[e2e] Re: crippled Internet

Jon Crowcroft J.Crowcroft at cs.ucl.ac.uk
Sun Apr 29 02:03:24 PDT 2001

In message <200104281641.JAA26224 at red.juniper.net>, Dennis Ferguson typed:

the seperate infrastructure argument is a really interesting one - its
true we have several really nearly seperate network infrastructures
running now - now that some of the core IP networks are not actually
sharing the same switching or link infrastrcutre as the core telephony
(or TV ) networks, and we also have wireless telephony and satellite
broadcast tv.....yes we share _some_ edge infrastructure - so this is
where there's soem fun economics - if i want a voice call i already
have it - so to do voice to the edge i na novel way, or to replace a
core, is pretty hard to make a significant business case for - 

also, the core costs for "nailed up capacity" are low enough in places
that really want VPN type tsetups that its not obvious that
multiplexing core switches and links via ip or atm or anything other
than perhapos (perhaps) lambadas is worth the risks (risk to someones
protection from other traffic but more to management errors)...

so its my opinion that (i cant recall who said this but it was i think
at sigcomm 2 years back) IP networks will always offer a QoS tjhat is
"just not quite good enough" for existing services on other seperate
(or near seperate) infrastructure - e.g. classic voice or broadcast
tv, and the integrated service network is a chimera - this doesn't
mean we should nt strive to get better quality on IP networks - but
that the goals should be motivated by existing IP based applications,
service,s and users, and requirements fro mnovel examples of those,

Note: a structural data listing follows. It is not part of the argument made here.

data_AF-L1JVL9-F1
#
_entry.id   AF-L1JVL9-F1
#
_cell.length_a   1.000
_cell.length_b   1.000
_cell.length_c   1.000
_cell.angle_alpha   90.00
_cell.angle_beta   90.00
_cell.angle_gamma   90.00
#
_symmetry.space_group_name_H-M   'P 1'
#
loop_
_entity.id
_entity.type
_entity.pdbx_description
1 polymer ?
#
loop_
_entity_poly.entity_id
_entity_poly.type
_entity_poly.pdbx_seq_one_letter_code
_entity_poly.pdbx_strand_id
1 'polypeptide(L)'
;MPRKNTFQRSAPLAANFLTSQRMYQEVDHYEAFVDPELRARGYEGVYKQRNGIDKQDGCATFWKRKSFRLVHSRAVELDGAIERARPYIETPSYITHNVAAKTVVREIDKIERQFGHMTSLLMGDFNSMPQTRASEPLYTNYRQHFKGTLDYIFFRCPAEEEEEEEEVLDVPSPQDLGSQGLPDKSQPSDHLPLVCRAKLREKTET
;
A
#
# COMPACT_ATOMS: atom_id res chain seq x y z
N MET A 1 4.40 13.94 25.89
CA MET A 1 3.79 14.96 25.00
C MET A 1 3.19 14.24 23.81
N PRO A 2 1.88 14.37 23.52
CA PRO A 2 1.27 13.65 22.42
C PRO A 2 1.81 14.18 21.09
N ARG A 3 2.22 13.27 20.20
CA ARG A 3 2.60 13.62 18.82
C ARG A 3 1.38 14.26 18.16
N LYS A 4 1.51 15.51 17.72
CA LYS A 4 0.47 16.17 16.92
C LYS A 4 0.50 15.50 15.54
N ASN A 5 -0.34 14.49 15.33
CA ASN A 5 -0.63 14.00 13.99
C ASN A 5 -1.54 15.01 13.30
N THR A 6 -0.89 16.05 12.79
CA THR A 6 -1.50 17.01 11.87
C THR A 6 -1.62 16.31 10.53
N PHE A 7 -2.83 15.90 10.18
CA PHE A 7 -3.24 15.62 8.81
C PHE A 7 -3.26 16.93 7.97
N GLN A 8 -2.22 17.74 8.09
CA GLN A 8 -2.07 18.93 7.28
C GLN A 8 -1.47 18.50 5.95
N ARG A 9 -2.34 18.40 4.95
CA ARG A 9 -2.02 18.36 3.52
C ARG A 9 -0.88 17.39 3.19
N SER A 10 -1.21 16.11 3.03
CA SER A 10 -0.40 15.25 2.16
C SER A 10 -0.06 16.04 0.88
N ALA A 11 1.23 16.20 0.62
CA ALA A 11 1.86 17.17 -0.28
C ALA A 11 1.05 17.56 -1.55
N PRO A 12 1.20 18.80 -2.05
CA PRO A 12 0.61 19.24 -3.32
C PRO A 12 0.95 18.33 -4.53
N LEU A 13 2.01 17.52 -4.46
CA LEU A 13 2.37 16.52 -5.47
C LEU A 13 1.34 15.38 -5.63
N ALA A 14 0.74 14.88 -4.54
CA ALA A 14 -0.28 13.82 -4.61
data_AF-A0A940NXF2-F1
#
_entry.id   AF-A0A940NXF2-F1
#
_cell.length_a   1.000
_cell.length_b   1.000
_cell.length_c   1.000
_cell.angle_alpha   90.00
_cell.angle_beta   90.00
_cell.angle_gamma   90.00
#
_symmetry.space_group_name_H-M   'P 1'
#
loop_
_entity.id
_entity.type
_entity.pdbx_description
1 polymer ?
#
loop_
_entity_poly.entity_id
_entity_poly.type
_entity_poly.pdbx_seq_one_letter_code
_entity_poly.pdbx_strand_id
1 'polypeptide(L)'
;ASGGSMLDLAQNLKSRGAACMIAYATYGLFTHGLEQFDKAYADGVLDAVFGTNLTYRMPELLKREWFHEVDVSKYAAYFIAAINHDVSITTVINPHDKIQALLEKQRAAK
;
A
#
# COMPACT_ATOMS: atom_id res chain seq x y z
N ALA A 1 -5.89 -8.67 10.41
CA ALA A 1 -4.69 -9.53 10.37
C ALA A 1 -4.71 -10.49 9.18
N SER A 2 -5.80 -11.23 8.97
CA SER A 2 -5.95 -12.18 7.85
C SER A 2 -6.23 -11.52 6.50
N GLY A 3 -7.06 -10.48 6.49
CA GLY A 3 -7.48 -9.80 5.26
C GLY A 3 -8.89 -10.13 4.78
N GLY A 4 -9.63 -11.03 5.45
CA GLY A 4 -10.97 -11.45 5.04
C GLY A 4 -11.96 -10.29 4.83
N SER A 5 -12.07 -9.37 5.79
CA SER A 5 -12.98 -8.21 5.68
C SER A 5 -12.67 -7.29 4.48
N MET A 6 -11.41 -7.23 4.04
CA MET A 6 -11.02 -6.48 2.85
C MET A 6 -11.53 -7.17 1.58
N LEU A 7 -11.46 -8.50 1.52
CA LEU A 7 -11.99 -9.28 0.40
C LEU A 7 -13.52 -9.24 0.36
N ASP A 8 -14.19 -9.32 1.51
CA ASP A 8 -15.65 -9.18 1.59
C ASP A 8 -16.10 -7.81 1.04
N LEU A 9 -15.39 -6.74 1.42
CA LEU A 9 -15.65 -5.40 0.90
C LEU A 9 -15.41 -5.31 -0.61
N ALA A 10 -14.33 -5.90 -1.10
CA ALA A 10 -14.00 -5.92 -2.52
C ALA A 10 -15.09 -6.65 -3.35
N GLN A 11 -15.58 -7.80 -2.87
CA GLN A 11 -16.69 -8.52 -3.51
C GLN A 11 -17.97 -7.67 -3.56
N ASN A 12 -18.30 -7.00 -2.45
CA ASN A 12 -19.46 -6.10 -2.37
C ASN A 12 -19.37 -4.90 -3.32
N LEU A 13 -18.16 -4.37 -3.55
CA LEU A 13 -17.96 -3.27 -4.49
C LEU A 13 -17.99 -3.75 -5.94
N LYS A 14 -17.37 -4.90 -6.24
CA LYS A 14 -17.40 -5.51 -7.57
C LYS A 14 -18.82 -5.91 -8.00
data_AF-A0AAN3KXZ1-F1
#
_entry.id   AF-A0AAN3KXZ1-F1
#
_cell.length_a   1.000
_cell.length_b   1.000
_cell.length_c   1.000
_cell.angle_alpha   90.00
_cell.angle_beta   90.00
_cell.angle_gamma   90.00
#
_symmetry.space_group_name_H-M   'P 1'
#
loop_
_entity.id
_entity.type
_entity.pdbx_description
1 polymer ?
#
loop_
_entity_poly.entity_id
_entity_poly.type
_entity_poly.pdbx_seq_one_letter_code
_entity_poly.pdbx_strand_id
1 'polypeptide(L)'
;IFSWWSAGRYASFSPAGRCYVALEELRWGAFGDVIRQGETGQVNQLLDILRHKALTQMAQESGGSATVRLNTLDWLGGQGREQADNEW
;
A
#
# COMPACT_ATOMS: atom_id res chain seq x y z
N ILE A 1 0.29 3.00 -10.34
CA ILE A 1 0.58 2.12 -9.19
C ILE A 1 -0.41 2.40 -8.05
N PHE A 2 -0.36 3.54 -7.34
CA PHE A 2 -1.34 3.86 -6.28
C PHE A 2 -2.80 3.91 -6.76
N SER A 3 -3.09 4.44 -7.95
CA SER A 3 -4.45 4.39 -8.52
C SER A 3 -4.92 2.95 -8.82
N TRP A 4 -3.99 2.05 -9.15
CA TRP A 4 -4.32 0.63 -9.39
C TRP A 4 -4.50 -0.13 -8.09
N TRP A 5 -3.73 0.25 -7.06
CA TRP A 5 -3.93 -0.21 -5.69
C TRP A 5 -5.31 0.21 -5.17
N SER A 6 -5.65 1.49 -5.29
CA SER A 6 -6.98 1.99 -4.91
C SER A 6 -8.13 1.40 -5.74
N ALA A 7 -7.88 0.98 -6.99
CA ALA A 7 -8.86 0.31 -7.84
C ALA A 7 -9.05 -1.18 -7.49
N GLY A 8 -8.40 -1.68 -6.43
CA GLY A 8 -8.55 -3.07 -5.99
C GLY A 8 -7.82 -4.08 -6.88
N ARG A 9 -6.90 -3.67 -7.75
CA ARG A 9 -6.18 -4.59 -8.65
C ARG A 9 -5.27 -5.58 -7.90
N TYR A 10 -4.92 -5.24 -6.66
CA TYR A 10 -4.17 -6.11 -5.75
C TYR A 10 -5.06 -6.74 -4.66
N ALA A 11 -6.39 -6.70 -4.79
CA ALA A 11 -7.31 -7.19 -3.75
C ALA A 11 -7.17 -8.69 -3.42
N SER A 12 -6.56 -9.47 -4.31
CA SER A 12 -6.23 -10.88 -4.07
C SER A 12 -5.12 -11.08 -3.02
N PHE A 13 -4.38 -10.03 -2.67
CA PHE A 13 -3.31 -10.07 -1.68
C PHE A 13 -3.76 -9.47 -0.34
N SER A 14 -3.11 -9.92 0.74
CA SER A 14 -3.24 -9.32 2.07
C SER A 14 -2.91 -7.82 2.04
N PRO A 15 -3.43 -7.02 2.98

not of traditional existing infrastructure - we have often complaiend
about telco kit being expensive and iniefficient - it was expensive
once coz it was a monopoly set of markets and also coz there wasnt
anything else - we are silly i nthe IP community to expect
the price not to match IP or better (and it nearly does) if IP tries
to compete.... yes TDM is jolly good for voice and near continues tv
broadcast nets...and can be very cheap, simple, robust etc etc

one day, the IP nets will be fast enough e2e that voice will happen to
work pervasively....maybe...but it wont be by direct competition -
more as a side efect of offering other services tha mean ip nets are
deployed to the ede with enough "native" capacity that delay variance
and loss (given new congestio nmanagement techniques and pricing) are
minimized - but we need to motivate this differently i think for

sure there's some voip and ip video deployment - some....as a percentage of
existing billion phone lines and tv viewers i doubt it amoints to a 
blip....it could, but why bother?

now ip control planes, thats worth pursuing


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